3. A method as set forth in claim 2, wherein said particulate abrasive is selected from the group consisting of alumina, zirconia, silicon carbide, cubic boron nitride, silicides, nitrides, borides, and carbides.
4. A method as set forth in claim 3, wherein said electroplating metal is selected from the group consisting of nickel, nickel-tungsten alloys, and nickel-cobalt alloys, and steps c, e, f, and g are carried out a plurality of times.
5. A method as set forth in claim 3, wherein said abrasive is cubic boron nitride, and said blade is selected from the group consisting of nickel based alloys and titanium based alloys.
6. A method as set forth in claim 5, further comprising the step of applying a diffusion layer to the blade prior to applying said particulate abrasive, and wherein said blade comprises a titanium based alloy.
7. A method as set forth in claim 5, wherein said electroplated metal comprises nickel, and said blade comprises a nickel based alloy.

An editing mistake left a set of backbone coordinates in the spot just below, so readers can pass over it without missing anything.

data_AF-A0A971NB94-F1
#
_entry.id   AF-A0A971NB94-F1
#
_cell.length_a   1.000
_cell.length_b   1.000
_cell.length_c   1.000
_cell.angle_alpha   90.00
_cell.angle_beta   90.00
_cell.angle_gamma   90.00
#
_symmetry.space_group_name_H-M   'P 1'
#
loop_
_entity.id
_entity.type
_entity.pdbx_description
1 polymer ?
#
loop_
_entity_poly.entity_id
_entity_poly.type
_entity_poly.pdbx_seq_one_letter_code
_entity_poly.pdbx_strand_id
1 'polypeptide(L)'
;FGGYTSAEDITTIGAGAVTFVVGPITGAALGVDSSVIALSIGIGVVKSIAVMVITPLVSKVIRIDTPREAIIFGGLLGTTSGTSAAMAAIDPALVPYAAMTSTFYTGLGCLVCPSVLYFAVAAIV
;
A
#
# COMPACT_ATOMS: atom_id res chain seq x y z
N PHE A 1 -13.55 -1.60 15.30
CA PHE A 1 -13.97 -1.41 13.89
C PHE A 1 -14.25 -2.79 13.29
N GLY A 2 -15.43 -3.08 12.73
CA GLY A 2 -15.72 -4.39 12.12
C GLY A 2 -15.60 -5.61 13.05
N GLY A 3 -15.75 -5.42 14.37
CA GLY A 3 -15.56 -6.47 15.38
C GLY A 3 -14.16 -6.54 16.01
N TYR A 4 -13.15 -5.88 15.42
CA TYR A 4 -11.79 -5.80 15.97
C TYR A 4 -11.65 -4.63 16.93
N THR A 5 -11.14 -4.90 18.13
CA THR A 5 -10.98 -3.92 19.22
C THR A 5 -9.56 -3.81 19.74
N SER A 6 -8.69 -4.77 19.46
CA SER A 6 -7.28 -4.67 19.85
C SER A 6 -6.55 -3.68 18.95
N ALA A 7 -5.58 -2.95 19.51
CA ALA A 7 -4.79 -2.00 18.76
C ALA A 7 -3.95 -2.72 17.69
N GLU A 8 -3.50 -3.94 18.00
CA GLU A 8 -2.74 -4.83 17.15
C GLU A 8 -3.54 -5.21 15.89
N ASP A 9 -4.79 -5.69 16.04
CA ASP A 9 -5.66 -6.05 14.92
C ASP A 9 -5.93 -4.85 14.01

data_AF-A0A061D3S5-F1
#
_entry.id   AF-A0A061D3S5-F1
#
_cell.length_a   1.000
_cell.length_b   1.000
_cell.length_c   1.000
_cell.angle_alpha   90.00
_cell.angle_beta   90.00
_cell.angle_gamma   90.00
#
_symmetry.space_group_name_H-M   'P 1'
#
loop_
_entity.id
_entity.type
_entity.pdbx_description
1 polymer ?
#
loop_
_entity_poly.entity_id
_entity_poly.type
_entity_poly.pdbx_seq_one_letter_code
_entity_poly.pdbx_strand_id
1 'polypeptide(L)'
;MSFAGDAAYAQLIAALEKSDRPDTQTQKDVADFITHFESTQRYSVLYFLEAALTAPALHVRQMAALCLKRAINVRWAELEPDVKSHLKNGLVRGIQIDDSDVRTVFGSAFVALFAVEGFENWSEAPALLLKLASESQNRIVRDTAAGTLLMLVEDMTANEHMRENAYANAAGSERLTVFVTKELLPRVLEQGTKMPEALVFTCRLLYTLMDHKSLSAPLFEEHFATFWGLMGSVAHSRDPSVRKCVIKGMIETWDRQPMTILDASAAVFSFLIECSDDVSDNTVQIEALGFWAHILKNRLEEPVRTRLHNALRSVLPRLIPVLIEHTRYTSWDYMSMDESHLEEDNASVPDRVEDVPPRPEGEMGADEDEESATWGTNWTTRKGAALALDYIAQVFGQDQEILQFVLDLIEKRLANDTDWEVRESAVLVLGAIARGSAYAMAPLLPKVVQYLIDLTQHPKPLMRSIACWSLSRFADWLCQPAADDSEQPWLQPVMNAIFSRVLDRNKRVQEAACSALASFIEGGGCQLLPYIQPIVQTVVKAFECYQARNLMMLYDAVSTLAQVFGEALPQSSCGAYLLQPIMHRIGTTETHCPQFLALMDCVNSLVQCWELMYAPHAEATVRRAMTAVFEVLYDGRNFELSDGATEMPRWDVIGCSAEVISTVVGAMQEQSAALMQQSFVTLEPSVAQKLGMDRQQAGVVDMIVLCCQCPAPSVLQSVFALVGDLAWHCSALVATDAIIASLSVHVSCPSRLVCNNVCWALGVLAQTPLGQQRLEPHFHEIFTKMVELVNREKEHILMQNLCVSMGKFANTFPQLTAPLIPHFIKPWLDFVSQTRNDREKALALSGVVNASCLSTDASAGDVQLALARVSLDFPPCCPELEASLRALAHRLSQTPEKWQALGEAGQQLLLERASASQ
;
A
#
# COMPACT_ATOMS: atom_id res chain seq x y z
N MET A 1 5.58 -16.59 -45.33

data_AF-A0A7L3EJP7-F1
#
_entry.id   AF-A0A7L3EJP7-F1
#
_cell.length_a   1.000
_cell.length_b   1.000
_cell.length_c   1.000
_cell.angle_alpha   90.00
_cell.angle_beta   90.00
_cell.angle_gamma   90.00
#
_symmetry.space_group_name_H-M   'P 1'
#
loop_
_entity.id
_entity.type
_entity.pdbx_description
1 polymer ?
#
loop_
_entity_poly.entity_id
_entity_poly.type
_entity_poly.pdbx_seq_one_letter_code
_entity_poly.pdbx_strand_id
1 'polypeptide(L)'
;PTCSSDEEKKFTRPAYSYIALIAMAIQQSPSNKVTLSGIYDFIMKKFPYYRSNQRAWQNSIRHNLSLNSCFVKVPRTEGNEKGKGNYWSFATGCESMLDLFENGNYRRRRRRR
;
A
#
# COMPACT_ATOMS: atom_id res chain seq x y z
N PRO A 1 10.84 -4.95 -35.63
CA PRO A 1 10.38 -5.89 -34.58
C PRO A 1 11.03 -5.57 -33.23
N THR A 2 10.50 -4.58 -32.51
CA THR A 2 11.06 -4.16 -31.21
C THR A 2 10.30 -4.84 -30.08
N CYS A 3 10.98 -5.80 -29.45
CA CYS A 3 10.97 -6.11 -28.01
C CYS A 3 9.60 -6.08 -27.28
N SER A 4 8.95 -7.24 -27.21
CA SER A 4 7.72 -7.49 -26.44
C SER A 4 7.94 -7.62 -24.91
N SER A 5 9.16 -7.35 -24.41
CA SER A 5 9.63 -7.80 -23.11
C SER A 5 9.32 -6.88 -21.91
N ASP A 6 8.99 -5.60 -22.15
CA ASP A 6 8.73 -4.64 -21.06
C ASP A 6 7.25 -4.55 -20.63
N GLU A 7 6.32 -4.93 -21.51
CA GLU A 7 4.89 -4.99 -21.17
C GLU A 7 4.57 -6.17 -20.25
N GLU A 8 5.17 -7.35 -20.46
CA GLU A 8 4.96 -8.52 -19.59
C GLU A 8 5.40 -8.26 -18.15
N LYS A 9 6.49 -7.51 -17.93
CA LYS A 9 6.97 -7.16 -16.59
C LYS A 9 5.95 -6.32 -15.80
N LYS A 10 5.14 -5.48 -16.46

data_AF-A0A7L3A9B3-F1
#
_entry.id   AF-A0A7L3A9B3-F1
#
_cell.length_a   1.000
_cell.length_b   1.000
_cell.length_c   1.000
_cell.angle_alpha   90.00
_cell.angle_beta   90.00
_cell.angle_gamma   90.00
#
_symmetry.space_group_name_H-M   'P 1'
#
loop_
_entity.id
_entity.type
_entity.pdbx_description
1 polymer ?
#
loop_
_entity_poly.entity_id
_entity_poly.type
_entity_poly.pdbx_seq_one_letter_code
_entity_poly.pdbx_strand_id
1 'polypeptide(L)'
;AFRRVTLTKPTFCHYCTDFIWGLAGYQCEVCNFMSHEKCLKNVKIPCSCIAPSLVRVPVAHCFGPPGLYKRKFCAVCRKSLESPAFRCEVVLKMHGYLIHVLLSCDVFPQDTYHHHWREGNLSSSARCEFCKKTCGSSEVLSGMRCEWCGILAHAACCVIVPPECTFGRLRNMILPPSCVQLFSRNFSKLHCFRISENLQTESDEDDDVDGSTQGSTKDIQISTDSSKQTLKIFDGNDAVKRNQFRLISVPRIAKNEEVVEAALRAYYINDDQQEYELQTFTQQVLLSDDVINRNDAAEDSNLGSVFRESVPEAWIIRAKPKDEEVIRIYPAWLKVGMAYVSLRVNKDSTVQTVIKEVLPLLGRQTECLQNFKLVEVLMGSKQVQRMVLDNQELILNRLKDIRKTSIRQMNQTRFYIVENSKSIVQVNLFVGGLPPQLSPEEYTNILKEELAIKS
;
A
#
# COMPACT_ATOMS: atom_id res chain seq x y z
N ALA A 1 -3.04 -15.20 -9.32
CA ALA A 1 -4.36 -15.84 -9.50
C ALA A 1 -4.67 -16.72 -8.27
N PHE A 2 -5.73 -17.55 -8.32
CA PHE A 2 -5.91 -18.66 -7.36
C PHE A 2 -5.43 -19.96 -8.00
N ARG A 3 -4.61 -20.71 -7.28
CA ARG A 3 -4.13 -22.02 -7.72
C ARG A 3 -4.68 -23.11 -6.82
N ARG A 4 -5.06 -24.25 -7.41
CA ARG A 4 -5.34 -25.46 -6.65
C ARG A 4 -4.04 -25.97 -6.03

8. A method as set forth in claim 7, wherein said electroplated nickel and said cubic boron nitride form an abrasive tip coating of from about 0.002 to about 0.010 inches thick.
9. A method as set forth in claim 8, wherein said nickel covers said cubic boron nitride to a depth of from about 60 to about 95 percent of its nominal diameter.
10. A method for applying an abrasive blade tip to a blade of a gas turbine engine, said method comprising the steps of:
a) providing a blade body having a tip;
b) preparing said tip for electroplating;
c) applying to said tip an unbonded coating of particulate abrasive selected from the group consisting of alumina, zirconia, silicon carbide, and cubic boron nitride;
d) restricting movement of said particulate abrasive by applying thereto a covering comprising a dielectric fabric which is porous to plating solution;
e) applying a metal selected from the group consisting of cobalt, platinum, chromium, nickel, nickel-tungsten alloys, and nickel-cobalt alloys to said blade tip by brush electroplating;
f) removing said covering; and